November Nonfiction IV: Stranger Than Fiction

Week 4: (November 22-26) – Stranger Than Fiction with Christopher at Plucked from the Stacks: This week we’re focusing on all the great nonfiction books that *almost* don’t seem real. A sports biography involving overcoming massive obstacles, a profile on a bizarre scam, a look into the natural wonders in our world—basically, if it makes your jaw drop, you can highlight it for this week’s topic.

  I've read a lot of jaw-dropping non-fiction this year, so it's hard to pick.  I'm going to ignore the WWII titles, because so much of it is just inherently insane.  From the rest, I've chosen two titles, and the links go to my original posts:

Are We Smart Enough to Know How Smart Animals Are? by Frans de Waal

De Waal chronicles the ineptitude of many of our attempts to categorize animal intelligence, and offers a whole lot of wonderful observations.  I wrote...

...critters are constantly surprising biologists with what they can do, and cognition seems to work on a spectrum, instead of humans being completely separate from the rest of the animal world.  De Waal regales us with story after story of animal ingenuity and learning that we can't yet comprehend.  (How do you understand how a dog sees the world, much less an octopus?)  It's fascinating and a lot of fun.


The Woman They Could Not Silence: One Woman, Her Incredible Fight for Freedom, and the Men Who Tried to Make Her Disappear, by Kate Moore:  

 The history of humanity's attempts at dealing with mental illness is a very ugly one.  Elizabeth Packard was not mentally ill, but she was sent to an asylum anyway -- and she spent the rest of her life working for reform and better care.  The jaw-dropping part is, well, most of it.  How women were treated at that time.  How Elizabeth was treated, and the incredible blindness of the people who ran asylums.  I said:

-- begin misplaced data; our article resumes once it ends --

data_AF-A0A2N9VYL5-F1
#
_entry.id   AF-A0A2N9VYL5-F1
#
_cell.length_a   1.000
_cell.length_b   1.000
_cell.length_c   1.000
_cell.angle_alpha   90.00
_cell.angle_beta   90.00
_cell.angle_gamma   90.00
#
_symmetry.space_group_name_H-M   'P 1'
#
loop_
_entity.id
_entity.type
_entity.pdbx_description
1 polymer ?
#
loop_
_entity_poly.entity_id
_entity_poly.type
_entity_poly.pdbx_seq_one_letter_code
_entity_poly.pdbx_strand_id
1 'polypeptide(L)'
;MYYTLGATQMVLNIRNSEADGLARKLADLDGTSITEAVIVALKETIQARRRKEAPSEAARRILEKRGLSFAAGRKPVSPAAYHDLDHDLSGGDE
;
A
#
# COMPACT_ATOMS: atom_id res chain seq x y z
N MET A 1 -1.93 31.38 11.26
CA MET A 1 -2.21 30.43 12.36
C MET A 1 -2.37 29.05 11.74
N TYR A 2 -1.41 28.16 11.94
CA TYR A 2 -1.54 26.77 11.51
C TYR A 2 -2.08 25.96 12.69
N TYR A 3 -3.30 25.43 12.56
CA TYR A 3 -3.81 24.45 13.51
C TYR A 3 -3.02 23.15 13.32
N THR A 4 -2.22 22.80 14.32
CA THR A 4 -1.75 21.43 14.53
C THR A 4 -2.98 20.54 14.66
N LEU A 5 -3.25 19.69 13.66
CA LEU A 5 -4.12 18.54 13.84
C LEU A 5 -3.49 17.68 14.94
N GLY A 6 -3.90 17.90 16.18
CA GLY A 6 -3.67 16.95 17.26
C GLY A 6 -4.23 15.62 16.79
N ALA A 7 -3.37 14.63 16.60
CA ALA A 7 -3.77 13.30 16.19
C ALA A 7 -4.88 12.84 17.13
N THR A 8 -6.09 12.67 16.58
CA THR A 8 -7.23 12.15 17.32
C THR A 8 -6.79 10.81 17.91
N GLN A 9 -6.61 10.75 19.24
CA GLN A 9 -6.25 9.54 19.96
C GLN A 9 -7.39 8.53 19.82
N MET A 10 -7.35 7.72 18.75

The story of how Elizabeth fought tirelessly for reform in mental asylums is a difficult one, and a testament to her incredible strength, intelligence, and persistence.  It is absolutely gripping, and an important book to read, I think.

It's amazing to me that people could be so complacent and blind as to design a system that makes any feedback, complaint, information, or reform so impossible.  But of course, we have quite a few systems like that ourselves.  Humans are like that.  So, I guess we each need to ask ourselves: "Do my beliefs and actions keep me open to new information or feedback, or do I tend to discount anything that would let me know about a need to change?  Who do my beliefs serve -- just me, or the common good/people I care about?  Do I ever allow myself to feel uncomfortable about things as they are?"


  1. I almost included The Woman They Could not Silence, it was quite an incredible story. Thanks for sharing your recommendations

  2. Such a good point about the systems we humans trap ourselves in. I need to read that book, it sounds amazing.

  3. Loved De Waal's book! It made my list as well!

  4. I love your insight into humanity through The Woman They Could Not Silence. It is so true. We design systems for people not taking into consideration the people that must live / work in that system.

  5. These are two great selections for this week, but I'm particularly focused on The Woman They Could Not Silence. What an absolutely wild story.


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